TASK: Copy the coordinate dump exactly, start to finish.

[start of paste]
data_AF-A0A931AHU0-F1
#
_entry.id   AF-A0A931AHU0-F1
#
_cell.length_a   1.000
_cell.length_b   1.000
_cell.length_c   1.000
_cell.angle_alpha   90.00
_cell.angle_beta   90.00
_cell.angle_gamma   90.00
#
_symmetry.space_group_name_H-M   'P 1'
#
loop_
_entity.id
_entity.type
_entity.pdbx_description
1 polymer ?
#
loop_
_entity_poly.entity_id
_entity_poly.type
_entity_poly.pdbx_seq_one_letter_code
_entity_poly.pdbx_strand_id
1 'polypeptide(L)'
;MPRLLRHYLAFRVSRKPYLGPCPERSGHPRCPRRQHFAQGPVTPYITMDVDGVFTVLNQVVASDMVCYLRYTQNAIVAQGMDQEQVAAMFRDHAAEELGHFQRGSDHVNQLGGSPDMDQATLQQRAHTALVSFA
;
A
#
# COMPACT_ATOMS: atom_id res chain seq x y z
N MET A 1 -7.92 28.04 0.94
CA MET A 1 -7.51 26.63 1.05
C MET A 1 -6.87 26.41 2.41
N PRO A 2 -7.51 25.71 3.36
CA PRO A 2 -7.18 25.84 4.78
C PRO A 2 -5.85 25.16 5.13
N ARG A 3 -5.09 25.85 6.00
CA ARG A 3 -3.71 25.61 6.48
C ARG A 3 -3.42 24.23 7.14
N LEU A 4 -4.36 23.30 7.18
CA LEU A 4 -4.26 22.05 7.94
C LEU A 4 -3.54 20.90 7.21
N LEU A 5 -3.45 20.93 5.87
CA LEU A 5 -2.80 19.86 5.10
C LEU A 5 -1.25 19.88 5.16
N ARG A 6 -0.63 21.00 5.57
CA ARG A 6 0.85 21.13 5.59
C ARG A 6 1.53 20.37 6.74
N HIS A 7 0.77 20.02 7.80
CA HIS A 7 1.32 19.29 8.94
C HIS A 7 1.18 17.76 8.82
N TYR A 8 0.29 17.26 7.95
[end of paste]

data_AF-A0A931AHU0-F1
#
_entry.id   AF-A0A931AHU0-F1
#
_cell.length_a   1.000
_cell.length_b   1.000
_cell.length_c   1.000
_cell.angle_alpha   90.00
_cell.angle_beta   90.00
_cell.angle_gamma   90.00
#
_symmetry.space_group_name_H-M   'P 1'
#
loop_
_entity.id
_entity.type
_entity.pdbx_description
1 polymer ?
#
loop_
_entity_poly.entity_id
_entity_poly.type
_entity_poly.pdbx_seq_one_letter_code
_entity_poly.pdbx_strand_id
1 'polypeptide(L)'
;MPRLLRHYLAFRVSRKPYLGPCPERSGHPRCPRRQHFAQGPVTPYITMDVDGVFTVLNQVVASDMVCYLRYTQNAIVAQGMDQEQVAAMFRDHAAEELGHFQRGSDHVNQLGGSPDMDQATLQQRAHTALVSFA
;
A
#
# COMPACT_ATOMS: atom_id res chain seq x y z
N MET A 1 -7.92 28.04 0.94
CA MET A 1 -7.51 26.63 1.05
C MET A 1 -6.87 26.41 2.41
N PRO A 2 -7.51 25.71 3.36
CA PRO A 2 -7.18 25.84 4.78
C PRO A 2 -5.85 25.16 5.13
N ARG A 3 -5.09 25.85 6.00
CA ARG A 3 -3.71 25.61 6.48
C ARG A 3 -3.42 24.23 7.14
N LEU A 4 -4.36 23.30 7.18
CA LEU A 4 -4.26 22.05 7.94
C LEU A 4 -3.54 20.90 7.21
N LEU A 5 -3.45 20.93 5.87
CA LEU A 5 -2.80 19.86 5.10
C LEU A 5 -1.25 19.88 5.16
N ARG A 6 -0.63 21.00 5.57
CA ARG A 6 0.85 21.13 5.59
C ARG A 6 1.53 20.37 6.74
N HIS A 7 0.77 20.02 7.80
CA HIS A 7 1.32 19.29 8.94
C HIS A 7 1.18 17.76 8.82
N TYR A 8 0.29 17.26 7.95